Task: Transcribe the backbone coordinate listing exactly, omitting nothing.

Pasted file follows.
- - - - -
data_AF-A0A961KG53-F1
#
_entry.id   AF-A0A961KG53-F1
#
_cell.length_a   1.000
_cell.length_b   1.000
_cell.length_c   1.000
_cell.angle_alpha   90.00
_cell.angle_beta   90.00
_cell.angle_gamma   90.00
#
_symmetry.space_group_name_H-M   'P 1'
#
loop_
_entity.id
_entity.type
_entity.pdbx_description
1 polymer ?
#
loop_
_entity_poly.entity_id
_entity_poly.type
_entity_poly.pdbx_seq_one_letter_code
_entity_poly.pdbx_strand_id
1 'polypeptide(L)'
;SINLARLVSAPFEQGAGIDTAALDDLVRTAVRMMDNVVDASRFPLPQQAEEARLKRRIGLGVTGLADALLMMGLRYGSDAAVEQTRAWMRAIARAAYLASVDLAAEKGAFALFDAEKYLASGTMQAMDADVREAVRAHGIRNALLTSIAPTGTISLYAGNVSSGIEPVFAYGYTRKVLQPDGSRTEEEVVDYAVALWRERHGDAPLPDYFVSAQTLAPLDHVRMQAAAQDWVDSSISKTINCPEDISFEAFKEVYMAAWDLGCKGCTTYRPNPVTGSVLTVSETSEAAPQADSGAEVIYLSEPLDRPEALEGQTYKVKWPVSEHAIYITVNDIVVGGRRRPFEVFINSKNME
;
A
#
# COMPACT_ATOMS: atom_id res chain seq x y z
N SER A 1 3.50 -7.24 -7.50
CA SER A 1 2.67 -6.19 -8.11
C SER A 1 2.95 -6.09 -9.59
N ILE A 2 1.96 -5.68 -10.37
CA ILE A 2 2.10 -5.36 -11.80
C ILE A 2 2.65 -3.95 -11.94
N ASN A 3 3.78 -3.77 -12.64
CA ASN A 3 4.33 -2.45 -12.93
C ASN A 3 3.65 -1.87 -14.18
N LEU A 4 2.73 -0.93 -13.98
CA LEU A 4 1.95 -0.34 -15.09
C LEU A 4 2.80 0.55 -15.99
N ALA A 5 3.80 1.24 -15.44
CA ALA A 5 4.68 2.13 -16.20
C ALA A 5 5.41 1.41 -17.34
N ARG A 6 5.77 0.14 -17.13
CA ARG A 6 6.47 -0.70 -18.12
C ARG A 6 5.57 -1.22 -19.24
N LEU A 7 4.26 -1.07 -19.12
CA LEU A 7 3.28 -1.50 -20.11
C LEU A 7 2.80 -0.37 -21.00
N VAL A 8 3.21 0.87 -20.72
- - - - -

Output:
data_AF-A0A961KG53-F1
#
_entry.id   AF-A0A961KG53-F1
#
_cell.length_a   1.000
_cell.length_b   1.000
_cell.length_c   1.000
_cell.angle_alpha   90.00
_cell.angle_beta   90.00
_cell.angle_gamma   90.00
#
_symmetry.space_group_name_H-M   'P 1'
#
loop_
_entity.id
_entity.type
_entity.pdbx_description
1 polymer ?
#
loop_
_entity_poly.entity_id
_entity_poly.type
_entity_poly.pdbx_seq_one_letter_code
_entity_poly.pdbx_strand_id
1 'polypeptide(L)'
;SINLARLVSAPFEQGAGIDTAALDDLVRTAVRMMDNVVDASRFPLPQQAEEARLKRRIGLGVTGLADALLMMGLRYGSDAAVEQTRAWMRAIARAAYLASVDLAAEKGAFALFDAEKYLASGTMQAMDADVREAVRAHGIRNALLTSIAPTGTISLYAGNVSSGIEPVFAYGYTRKVLQPDGSRTEEEVVDYAVALWRERHGDAPLPDYFVSAQTLAPLDHVRMQAAAQDWVDSSISKTINCPEDISFEAFKEVYMAAWDLGCKGCTTYRPNPVTGSVLTVSETSEAAPQADSGAEVIYLSEPLDRPEALEGQTYKVKWPVSEHAIYITVNDIVVGGRRRPFEVFINSKNME
;
A
#
# COMPACT_ATOMS: atom_id res chain seq x y z
N SER A 1 3.50 -7.24 -7.50
CA SER A 1 2.67 -6.19 -8.11
C SER A 1 2.95 -6.09 -9.59
N ILE A 2 1.96 -5.68 -10.37
CA ILE A 2 2.10 -5.36 -11.80
C ILE A 2 2.65 -3.95 -11.94
N ASN A 3 3.78 -3.77 -12.64
CA ASN A 3 4.33 -2.45 -12.93
C ASN A 3 3.65 -1.87 -14.18
N LEU A 4 2.73 -0.93 -13.98
CA LEU A 4 1.95 -0.34 -15.09
C LEU A 4 2.80 0.55 -15.99
N ALA A 5 3.80 1.24 -15.44
CA ALA A 5 4.68 2.13 -16.20
C ALA A 5 5.41 1.41 -17.34
N ARG A 6 5.77 0.14 -17.13
CA ARG A 6 6.47 -0.70 -18.12
C ARG A 6 5.57 -1.22 -19.24
N LEU A 7 4.26 -1.07 -19.12
CA LEU A 7 3.28 -1.50 -20.11
C LEU A 7 2.80 -0.37 -21.00
N VAL A 8 3.21 0.87 -20.72